What Makes You Cry

When was the last time you had a proper cry?
If that sentence made you a little uncomfortable, you will be even more uncomfortable when I tell you that I once stood up in front of 200 people and cried so much I couldn’t speak. My family and I had the privilege of sharing with our church about our November 2016 trip to Orphanage Emanuel in Guiamaca, Honduras and I wept my way through half of my speaking time.
What Makes You Cry?
When it comes to talking about the orphanage, it is easy for me to get choked up. This was trip five for our family and trip six for me. On four of the six trips, I have been asked to give a message at the orphanage’s church during the Sunday service. Yesterday was our family’s second time to share with our own church about a Honduras trip. On each of those occasions, it has happened.
As the executive director of Y Camp Greenville, I gave the Easter Sunrise Service message four of my five years. On two of those occasions, it happened. As a speaker, I would prefer it not happen. The vast majority of the time it does not happen, but in these instances and a few others, I have begun to cry in the middle of a message. My family is quite familiar with this “phenomena”. Yesterday my youngest son and my wife were quietly chuckling when it happened.
As a strategist, I believe in intentionality and maintaining control of those things we should control. Emotions would fall into that category. What can make emotional crying awkward is that it is disruptive. It changes the hormone level and creates vulnerability.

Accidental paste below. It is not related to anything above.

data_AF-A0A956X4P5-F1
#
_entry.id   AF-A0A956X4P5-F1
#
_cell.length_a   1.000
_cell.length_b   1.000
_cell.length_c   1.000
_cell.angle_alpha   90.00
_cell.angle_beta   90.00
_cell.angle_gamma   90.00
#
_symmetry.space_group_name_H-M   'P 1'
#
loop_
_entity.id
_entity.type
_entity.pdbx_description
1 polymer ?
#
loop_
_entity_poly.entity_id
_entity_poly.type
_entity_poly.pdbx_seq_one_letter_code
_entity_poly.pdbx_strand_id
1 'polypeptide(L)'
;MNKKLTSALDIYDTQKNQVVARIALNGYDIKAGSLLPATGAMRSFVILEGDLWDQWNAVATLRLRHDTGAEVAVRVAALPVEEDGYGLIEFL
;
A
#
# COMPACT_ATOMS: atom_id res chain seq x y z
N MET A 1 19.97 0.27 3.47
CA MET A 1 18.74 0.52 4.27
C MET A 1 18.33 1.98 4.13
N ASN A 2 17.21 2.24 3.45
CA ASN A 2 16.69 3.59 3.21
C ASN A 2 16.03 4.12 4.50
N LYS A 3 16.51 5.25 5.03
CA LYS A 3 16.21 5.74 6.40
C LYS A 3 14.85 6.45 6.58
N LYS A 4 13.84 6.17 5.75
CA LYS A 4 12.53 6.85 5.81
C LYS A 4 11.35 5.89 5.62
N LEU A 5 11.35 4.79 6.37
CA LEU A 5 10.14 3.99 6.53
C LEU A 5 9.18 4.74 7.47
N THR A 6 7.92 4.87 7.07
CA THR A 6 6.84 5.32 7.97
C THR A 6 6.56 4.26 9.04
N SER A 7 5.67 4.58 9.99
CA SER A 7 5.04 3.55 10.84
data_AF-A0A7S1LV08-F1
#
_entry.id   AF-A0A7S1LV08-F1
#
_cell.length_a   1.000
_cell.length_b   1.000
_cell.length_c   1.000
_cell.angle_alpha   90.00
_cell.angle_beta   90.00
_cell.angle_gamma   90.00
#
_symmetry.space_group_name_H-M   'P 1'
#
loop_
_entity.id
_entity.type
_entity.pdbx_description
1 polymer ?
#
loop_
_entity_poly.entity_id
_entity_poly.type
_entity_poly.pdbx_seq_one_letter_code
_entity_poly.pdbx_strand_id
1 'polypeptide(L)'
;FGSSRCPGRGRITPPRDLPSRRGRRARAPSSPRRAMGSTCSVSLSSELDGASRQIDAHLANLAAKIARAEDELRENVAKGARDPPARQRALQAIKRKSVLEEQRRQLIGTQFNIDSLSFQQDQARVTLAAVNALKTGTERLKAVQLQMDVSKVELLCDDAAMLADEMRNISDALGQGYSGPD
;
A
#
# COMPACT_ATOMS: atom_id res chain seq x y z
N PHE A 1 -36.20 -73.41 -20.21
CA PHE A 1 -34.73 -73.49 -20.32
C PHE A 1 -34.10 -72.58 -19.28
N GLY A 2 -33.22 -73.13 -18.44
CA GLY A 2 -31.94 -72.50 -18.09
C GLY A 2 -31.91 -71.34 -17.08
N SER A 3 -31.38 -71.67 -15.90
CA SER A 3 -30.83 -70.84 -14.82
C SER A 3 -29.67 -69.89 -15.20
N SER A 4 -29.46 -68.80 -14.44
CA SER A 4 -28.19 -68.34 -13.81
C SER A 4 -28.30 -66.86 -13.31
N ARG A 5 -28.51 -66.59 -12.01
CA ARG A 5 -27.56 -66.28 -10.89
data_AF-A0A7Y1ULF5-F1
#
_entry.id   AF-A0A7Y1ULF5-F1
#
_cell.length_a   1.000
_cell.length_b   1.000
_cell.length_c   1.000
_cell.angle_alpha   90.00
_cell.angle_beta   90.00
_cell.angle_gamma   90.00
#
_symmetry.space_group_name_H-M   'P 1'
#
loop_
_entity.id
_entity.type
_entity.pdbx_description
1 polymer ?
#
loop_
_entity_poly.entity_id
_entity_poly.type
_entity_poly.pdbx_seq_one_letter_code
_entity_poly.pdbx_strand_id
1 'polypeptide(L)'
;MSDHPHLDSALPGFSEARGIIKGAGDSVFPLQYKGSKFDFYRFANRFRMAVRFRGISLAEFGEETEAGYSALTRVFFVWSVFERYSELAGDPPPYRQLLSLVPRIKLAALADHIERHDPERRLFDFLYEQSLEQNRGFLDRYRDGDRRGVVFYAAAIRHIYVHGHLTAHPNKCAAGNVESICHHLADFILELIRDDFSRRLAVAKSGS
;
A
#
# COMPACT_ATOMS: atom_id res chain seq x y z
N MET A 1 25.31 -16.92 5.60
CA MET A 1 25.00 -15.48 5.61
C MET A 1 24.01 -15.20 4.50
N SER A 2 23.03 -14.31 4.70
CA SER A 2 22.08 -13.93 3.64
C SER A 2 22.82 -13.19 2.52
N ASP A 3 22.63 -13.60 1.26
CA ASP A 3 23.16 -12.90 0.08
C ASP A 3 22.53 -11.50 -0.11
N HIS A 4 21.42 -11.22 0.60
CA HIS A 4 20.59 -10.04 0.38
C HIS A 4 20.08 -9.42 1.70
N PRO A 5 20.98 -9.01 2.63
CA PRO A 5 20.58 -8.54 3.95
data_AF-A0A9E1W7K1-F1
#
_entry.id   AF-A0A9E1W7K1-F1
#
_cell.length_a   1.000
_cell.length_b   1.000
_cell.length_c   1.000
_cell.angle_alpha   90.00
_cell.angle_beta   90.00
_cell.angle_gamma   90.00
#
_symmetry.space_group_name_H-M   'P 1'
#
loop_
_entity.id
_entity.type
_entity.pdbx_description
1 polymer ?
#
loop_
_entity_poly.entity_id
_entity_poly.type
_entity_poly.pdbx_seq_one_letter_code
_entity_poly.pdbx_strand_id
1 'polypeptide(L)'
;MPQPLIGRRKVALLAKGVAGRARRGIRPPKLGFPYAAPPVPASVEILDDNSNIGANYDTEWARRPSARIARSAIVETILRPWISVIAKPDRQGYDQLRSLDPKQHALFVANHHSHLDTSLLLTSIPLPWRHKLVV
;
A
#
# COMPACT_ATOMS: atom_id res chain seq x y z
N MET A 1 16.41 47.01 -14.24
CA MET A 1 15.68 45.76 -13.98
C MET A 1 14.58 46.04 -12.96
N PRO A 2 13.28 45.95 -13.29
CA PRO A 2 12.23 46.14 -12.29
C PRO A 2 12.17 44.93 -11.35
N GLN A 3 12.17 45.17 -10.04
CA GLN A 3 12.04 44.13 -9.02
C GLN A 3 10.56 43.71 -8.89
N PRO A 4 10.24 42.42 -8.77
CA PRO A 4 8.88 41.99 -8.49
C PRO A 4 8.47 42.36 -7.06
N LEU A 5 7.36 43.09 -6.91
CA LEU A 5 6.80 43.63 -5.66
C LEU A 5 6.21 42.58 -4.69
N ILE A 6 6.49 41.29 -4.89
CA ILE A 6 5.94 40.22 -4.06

Crying has a preservation nature. Like laughing, it is much easier to prevent than to stop once it has started. Both laughing and crying increase empathy between people.
I have come to accept that there may be a benefit for others when it occurs. The first time it took place was while I was speaking at our church in North Carolina, probably the year 2001. Afterwards, I was telling an older gentleman how embarrassed I was. His take was that people are too cut off from their emotions and needed the encouragement to reconnect.
But, our tears can also increase our awareness about our own life purpose. I am talking about the movement part of being moved to tears. Perhaps, it is revealing something about our soul.
Try this. Make a quick list of the last 5 times you have cried.
Here is my list, besides the times I have mentioned.
  1. Listening to the playback of one particular recording for the Life Leaders GPS.
  2. While dreaming about my parents. I’m not sure why but I did not cry at either of their funerals. In fact, I didn’t have an honest cry about my dad dying until after my mom died. Shortly after my mom passed, I had a dream that I got to sit and talk with my dad. In the dream, I gave him a hug and I could smell his scent. The intimacy and familiarity of that moment opened the floodgates and I woke up sobbing uncontrollably.
  3. The first time that I heard each of my boys’ hearts beat on the baby monitor and right after they were born.
  4. On three different occasions during worship time in a church service.

What do the instances you remember tell you about what moves you? You may find a common theme in these times that can reveal something about who you are. In the Passion Time Line lesson of the Life Leaders GPS, we take an in-depth look at what passions have emerged in our life and how our passions inform our purpose.

Anyone can make a lot of noise, and many do, but finding fulfillment in life and expressing your unique individuality in a way that builds a legacy, is a horse of a different color. Knowing what makes us cry is a key piece of the passion puzzle.

As Nelson Mandela said,
“There is no passion to be found playing small–in settling for a life that is less than the one you are capable of living.”
Don’t settle. Keep moving and keep being moved.


Rick Burris

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